Like most moms-to-be, when I was pregnant — especially as I got closer to my little one joining the world — I thought a lot about how I wanted the labor, birth and subsequent hours to go.
I decided that while I loved the idea of a home birth or birthing center, I would opt for a hospital birth. Sure, it sounded great that a water birth could mean my baby would presumably glide carefree into a tub of warm water while surrounded by calming music and fragrances without all the wires and the unflattering florescent lights of a hospital room. But I couldn’t help but worry about not being close to emergency care should something go wrong.
For as much as I knew I couldn’t control how it all panned out, I knew I had certain basic preferences for how I wanted it all to go and I made plans accordingly.
And then of course, nothing went according to plan.
I took steps to plan for as natural a birth as possible. I hired a doula, a wonderful woman who would bring a taste of the birthing center. She would come over and help me labor at home for as long as possible. We would bounce on an exercise ball and take hot showers and sing to the baby in ready position to come out, and she’d rub me down with essential oils while playing ambient sounds on her apps. Then, when I was more than 5 centimeters dilated, we would go to the hospital. I would be comfortable in my home environment and labor better as a result.
In reality, my water broke two-and-half weeks early. When the water breaks before contractions start, you really don’t have the luxury of laboring at home. The rate of infection increases after the four-hour mark. Plus, after only three hours at home, I didn’t feel the baby kicking and called my doctor. She was concerned and told me to come to the hospital right away. So much for laboring at home! Essential oils were nowhere in sight, let alone music or bouncy balls or showers or anything homeopathic and calm.
I planned to give birth vaginally to avoid what I deemed unnecessary medication, including an epidural or any pain medication. I had done my Kegel exercises and practiced my breathing and braced myself mentally to deal with the most painful experience of my life. I was ready to take it like a champ.
Unfortunately, because my water broke before contractions started and because I went into labor early, all my plans went out the window. I wasn’t contracting on my own, so I ended up with an IV line of Pitocin, a drug used to induce contractions. After 18 hours of labor with medically induced contractions less than two minutes apart, I was still only 1 centimeter dilated. I was not ready to give birth and wouldn’t be before the safe window closed after the water breaking, according to my doctor. I was told I needed a C-section. And of course, I needed an epidural for the C-section. As brave as I was prepared to be, I wasn’t prepared to have my lower half sliced open and organs tossed about without some serious drugs.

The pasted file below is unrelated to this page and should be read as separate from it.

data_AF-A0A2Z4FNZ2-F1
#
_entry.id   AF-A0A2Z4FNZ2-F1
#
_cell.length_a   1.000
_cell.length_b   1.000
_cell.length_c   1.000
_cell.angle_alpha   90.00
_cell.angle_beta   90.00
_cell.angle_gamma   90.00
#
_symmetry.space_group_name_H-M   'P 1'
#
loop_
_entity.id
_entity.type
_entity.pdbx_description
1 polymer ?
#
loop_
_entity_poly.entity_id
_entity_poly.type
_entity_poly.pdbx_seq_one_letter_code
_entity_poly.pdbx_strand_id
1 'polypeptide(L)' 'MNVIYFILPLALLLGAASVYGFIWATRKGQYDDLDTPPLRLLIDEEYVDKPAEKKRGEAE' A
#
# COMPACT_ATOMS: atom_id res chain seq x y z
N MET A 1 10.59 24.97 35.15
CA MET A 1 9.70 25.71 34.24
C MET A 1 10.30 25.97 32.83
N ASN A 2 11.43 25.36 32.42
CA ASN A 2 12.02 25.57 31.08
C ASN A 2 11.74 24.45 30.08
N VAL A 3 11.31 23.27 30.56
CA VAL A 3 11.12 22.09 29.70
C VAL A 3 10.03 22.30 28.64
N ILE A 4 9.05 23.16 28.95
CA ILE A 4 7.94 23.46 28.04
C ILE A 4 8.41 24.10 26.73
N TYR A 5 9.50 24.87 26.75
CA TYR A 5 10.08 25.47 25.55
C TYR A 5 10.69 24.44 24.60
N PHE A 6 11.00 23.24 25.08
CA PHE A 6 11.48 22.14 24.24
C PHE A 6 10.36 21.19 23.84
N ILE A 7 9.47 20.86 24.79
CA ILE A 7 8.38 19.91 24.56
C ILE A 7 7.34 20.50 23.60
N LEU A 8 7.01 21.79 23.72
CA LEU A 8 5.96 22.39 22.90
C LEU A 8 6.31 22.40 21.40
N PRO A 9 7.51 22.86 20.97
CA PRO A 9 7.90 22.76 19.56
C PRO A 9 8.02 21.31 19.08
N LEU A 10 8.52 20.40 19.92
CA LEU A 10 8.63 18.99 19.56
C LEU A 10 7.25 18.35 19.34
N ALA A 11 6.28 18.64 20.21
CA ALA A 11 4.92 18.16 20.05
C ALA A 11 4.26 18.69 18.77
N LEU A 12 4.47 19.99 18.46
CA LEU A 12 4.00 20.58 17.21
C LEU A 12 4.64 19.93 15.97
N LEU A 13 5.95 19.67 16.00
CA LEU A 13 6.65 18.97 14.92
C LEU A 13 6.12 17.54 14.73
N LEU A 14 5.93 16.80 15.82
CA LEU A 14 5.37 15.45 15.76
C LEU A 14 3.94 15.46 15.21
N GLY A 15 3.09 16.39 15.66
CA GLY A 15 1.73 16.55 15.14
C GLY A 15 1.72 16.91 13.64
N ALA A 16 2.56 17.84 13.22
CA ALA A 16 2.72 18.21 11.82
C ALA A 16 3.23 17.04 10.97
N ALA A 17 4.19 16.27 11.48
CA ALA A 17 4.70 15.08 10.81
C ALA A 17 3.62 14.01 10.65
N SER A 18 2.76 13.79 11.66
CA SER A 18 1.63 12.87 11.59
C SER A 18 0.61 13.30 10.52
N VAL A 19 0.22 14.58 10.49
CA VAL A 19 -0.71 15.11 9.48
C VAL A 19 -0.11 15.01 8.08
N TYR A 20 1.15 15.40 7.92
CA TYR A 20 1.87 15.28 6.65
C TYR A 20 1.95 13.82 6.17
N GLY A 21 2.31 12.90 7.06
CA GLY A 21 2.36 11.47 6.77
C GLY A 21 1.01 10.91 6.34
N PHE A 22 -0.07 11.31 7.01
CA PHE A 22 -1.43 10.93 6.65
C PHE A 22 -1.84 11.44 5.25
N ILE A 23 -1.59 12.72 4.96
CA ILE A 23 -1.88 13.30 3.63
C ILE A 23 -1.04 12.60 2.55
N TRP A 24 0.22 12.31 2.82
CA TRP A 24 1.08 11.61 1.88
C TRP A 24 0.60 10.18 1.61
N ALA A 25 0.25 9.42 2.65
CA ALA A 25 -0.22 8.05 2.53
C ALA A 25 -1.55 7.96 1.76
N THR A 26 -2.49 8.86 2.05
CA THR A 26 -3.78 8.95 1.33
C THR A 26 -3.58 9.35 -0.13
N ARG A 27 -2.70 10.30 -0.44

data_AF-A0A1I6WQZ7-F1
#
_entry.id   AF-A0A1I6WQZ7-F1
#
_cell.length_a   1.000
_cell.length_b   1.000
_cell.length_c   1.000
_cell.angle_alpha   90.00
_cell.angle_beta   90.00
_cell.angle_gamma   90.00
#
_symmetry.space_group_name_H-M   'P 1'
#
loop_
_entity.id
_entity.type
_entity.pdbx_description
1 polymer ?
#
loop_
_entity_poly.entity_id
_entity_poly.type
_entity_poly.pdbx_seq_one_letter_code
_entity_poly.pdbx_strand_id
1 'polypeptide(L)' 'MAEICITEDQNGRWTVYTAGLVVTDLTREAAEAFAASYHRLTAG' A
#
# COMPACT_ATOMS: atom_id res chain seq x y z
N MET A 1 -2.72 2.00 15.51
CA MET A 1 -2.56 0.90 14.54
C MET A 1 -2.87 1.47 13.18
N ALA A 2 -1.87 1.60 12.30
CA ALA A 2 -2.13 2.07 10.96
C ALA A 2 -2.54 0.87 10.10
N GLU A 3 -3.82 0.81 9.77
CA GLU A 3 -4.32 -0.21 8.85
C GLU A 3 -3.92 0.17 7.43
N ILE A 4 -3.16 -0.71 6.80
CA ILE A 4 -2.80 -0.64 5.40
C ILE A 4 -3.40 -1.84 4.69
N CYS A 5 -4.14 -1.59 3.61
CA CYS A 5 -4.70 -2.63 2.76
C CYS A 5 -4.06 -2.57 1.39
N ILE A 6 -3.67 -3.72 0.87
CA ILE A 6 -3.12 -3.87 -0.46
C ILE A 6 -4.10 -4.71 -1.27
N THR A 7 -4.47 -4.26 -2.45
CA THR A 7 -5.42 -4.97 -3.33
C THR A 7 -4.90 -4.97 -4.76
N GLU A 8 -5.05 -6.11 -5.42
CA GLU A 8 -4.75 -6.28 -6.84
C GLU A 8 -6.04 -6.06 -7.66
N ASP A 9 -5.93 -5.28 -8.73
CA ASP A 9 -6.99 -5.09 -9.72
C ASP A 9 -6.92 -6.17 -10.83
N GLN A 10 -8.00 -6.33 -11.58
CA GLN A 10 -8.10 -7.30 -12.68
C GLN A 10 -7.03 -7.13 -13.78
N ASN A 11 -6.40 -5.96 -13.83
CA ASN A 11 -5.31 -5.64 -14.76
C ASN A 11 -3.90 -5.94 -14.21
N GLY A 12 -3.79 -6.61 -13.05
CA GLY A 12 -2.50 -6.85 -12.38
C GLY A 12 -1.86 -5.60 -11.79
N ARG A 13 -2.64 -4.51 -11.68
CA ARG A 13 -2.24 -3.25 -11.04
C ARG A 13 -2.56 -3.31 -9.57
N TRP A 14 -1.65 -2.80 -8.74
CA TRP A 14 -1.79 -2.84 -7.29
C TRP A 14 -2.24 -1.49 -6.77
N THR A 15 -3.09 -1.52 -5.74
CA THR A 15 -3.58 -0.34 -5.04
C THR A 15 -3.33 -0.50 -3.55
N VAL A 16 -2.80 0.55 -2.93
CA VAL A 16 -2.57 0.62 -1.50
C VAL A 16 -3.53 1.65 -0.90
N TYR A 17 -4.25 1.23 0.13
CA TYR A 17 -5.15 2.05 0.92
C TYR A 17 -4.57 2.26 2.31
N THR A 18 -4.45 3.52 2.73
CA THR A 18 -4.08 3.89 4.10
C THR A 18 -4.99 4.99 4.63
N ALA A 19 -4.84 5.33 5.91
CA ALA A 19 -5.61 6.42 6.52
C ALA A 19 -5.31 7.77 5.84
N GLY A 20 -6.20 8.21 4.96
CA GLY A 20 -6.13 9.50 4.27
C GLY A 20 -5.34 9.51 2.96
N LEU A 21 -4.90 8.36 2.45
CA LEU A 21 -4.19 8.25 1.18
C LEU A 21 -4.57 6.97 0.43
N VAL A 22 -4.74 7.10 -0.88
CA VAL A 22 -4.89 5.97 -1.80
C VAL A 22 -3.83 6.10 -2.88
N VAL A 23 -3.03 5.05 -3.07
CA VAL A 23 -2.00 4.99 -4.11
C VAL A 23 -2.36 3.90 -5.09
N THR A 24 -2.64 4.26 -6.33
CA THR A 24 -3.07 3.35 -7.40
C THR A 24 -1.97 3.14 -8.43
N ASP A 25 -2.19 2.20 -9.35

I planned to breastfeed my baby from the time he was born. There was no other option in my mind after reading up on how "breast is best." The hospital encouraged breastfeeding too and placed my newborn on my chest just moments after entering the recovery room so he could latch and start to get the first substance that comes out, the colostrum. Unfortunately, Baby couldn’t seem to figure out how to latch, and even with hand expression, I wasn’t able to produce enough colostrum to satisfy him. I had to turn to formula on his second night on this Earth when his hunger cries were louder than my expectations to do things according to plan.
More: When Breast Is Not Best
It’s easy to lie in bed and feel your pregnant belly and dream up a rosy picture of how you want things to go with your birth, but when it comes time, you’ll have little control over how your little one decides to enter the world. At the end of it all, all that matters is that Mom and Baby are healthy. In hindsight, even though there were no scented oils or Enya music or the joy of getting to push out my baby and see him being born, I now have a perfect baby and a body that’s nearly healed, and I wouldn’t change a thing about how it all came to be.
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